Nearly two years after South Africa’s first legal online rhino horn auction, an anonymous environmental whistle-blowing website has published the first images from it.

These photographs show that some of the horn pieces for the auction by John Hume, the world’s largest private rhino owner, were prepared for Asian buyers, not local collectors, said WildLeaks, an initiative dedicated to exposing wildlife and forest crime.

“WildLeaks recently received a leak containing pictures of rhino horn lots from the first legal rhino horn auction in South Africa. The auction was held by private rhino horn owner Hume in August 2017 and the details - pictures, pricing and number of lots sold - have never been made public.”

South Africa legalised the sale of rhino horn domestically in April 2017, lifting an eight-year moratorium on the domestic trade.

Hume, a rhino breeder who has amassed six tons of horn harvested from his around 1600 rhino, planned to sell 264 pieces weighing a total of 500kg for the online auction.

“The pictures received by WildLeaks show clearly that some of the pieces for sale were very small, just a few grams. These small pieces would not be considered trophies, something possibly desired by South Africans.

“Instead, given that the auction website was translated into both Vietnamese and Chinese, it is much more likely that they were marketed for illegal export to the Asian market.”

Vietnam and China are the primary consumers of rhino horn, with the supply coming largely from significant poaching in southern Africa, said WildLeaks, which is managed by the Elephant Action League.

“Vietnamese and Chinese buyers can legally purchase rhino horn in South Africa, but technically cannot take it out of the country.

“Once bought legally, though, it is unlikely that the South African government would be able to effectively monitor the movement of the rhino horn.

“Like with legal ivory markets in other countries, a local legal market in South Africa only serves to fuel demand in the Asian market.

“Worse, it offers a mechanism to launder illegal horn that has been poached through the legal market, especially small pieces of rhino horn like those found in these screen shots.

“These small pieces of rhino horn were plainly prepared for the Asian traditional medicine market and for illegal export to Asia,” said WildLeaks.

The Convention on International Trade in Endangered Species outlaws the international trade in rhino horn.

The 77-year-old Hume, a former property developer, responded: “These animal rights NGOs cannot get it through their thick skulls that I’m trying to save the lives of my rhino and without very serious financial help from the world, or selling my rhino horn, my rhinos are going to be dead in 10 years time...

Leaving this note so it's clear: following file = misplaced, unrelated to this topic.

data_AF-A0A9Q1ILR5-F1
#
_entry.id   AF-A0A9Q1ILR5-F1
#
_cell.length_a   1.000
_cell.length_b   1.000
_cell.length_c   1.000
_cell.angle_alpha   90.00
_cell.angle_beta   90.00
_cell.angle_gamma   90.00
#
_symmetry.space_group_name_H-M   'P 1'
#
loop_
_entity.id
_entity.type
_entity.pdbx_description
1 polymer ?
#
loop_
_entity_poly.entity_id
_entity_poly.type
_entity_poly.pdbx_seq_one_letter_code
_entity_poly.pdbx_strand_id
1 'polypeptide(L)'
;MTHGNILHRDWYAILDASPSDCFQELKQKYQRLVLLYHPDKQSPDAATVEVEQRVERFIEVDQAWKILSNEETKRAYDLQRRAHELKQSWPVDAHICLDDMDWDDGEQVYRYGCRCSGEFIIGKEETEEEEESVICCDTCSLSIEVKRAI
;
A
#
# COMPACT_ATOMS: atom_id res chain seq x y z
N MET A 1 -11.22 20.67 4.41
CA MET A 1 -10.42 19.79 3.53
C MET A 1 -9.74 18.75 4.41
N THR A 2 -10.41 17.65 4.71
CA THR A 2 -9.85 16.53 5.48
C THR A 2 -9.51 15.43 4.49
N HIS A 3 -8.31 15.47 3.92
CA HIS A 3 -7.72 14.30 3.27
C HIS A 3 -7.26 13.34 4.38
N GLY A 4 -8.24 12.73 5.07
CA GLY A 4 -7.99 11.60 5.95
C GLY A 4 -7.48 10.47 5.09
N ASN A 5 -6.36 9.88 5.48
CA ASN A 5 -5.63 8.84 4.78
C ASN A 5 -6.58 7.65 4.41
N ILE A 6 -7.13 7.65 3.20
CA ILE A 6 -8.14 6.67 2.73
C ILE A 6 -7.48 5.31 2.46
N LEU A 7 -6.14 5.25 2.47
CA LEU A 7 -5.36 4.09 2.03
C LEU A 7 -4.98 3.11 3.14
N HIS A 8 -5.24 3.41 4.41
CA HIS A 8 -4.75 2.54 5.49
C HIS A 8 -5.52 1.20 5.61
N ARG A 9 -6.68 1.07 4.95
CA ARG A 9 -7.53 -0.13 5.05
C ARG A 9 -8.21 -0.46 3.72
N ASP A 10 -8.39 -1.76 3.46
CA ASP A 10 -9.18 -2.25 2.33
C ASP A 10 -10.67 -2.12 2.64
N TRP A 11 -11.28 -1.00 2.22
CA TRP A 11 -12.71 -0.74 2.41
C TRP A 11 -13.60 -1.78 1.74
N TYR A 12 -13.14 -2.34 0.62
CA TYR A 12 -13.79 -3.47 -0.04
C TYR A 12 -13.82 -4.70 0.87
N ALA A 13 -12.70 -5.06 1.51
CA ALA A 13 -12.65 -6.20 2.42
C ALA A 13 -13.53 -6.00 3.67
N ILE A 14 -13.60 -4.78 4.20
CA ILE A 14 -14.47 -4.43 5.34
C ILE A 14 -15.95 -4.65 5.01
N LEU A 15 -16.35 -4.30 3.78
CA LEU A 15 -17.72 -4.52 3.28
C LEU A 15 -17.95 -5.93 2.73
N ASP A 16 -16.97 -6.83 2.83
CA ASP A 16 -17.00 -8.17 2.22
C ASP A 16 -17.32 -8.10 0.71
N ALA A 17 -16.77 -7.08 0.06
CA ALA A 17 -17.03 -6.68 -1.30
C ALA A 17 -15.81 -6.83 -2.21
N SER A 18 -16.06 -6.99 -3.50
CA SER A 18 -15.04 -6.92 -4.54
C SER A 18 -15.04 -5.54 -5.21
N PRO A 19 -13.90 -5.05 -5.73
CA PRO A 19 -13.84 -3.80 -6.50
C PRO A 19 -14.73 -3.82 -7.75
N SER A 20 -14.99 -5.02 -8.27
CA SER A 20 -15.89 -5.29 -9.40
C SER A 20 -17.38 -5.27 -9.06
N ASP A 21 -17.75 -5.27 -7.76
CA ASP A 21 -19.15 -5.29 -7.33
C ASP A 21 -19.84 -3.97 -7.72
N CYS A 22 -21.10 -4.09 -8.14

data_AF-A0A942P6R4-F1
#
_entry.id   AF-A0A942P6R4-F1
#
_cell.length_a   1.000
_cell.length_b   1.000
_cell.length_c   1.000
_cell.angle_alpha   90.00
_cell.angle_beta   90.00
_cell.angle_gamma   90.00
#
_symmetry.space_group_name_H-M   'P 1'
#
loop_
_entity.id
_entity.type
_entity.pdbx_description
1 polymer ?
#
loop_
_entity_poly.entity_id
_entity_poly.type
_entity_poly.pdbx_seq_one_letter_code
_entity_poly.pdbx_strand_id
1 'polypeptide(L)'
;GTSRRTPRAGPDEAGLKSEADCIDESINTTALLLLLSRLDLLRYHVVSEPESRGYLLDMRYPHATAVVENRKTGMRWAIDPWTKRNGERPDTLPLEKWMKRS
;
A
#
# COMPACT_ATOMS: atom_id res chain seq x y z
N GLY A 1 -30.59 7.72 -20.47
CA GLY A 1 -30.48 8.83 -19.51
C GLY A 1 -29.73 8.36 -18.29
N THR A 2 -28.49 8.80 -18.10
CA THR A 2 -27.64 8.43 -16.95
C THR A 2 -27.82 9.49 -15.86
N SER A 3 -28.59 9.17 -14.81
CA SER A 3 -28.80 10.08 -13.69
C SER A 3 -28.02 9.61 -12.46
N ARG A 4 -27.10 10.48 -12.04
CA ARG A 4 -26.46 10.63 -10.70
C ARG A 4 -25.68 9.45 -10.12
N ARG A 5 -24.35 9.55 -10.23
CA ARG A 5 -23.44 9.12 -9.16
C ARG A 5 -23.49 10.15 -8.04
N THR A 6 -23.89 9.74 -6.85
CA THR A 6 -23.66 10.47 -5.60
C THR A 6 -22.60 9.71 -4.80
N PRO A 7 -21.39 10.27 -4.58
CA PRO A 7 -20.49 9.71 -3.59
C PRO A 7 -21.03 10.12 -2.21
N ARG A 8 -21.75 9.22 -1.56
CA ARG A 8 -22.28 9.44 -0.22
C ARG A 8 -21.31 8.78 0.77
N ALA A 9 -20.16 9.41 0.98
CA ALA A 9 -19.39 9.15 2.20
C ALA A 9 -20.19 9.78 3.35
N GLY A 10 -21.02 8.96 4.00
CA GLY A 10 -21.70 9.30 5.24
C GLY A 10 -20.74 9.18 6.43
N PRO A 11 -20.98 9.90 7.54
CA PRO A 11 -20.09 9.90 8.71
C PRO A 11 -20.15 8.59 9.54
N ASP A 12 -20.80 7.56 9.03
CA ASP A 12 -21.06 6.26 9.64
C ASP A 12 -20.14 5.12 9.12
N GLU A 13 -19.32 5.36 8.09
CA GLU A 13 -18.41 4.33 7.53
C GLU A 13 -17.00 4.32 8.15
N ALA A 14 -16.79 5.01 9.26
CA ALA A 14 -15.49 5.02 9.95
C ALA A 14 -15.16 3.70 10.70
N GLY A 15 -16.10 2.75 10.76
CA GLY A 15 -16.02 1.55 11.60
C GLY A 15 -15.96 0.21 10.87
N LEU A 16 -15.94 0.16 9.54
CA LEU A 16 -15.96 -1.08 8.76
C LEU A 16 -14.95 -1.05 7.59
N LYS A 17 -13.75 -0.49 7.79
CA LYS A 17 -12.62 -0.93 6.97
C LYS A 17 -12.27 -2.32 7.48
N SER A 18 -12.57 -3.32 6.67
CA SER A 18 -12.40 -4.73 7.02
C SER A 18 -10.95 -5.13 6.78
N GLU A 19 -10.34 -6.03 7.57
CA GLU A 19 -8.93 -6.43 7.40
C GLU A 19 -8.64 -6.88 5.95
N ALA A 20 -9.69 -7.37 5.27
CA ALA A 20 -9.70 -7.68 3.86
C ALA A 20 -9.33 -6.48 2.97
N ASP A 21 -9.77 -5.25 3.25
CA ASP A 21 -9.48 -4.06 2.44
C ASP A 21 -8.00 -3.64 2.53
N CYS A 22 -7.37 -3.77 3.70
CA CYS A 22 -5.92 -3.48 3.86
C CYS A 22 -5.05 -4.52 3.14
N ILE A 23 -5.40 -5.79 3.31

“I prepared my horn for anybody who wanted to buy it.

“Let me tell you, we’ve got 1.2million Asians in this country. They can sniff the horn, drink it or put it on their desks just as well as Asians in the East can. To me, I will bless their cotton socks if they buy my horn.

“If they happen to take it in one year or in five years time to China or Vietnam, I couldn’t give a damn.

“I firmly believe that every rhino horn that gets to Vietnam or China is one less ordered from the Kruger National Park.”

The auction was a “miserable failure” because the Department of Environmental Affairs did not issue him with a permit until the “11th hour”, after he took it to court.

“We had 240 enquiries before that auction. We only sold eight horn.

“The two or three weeks before that auction, the government sent a message to would-be buyers that they would make their lives very difficult if they bought horn.

“The government has very effectively killed demand for rhino horn in South Africa.”

Hume, who has claimed he is on the verge of bankruptcy, spends R5million a month running his captive breeding rhino operation in the North West and on protecting his herd.

He recently held another rhino auction, which he described as a miserable failure, too.

“There was not a bid on a female rhino. The only bids were for young male rhino with horn.

“In two, three or four years time when that rhino is eight or nine, a buyer is able to get a legal permit to kill it and take the horn out of South Africa legally nobody wants to breed or buy rhino.

“The world doesn’t want to hear any logical arguments about legal trade and all they’re doing is underscoring the illegal trade.”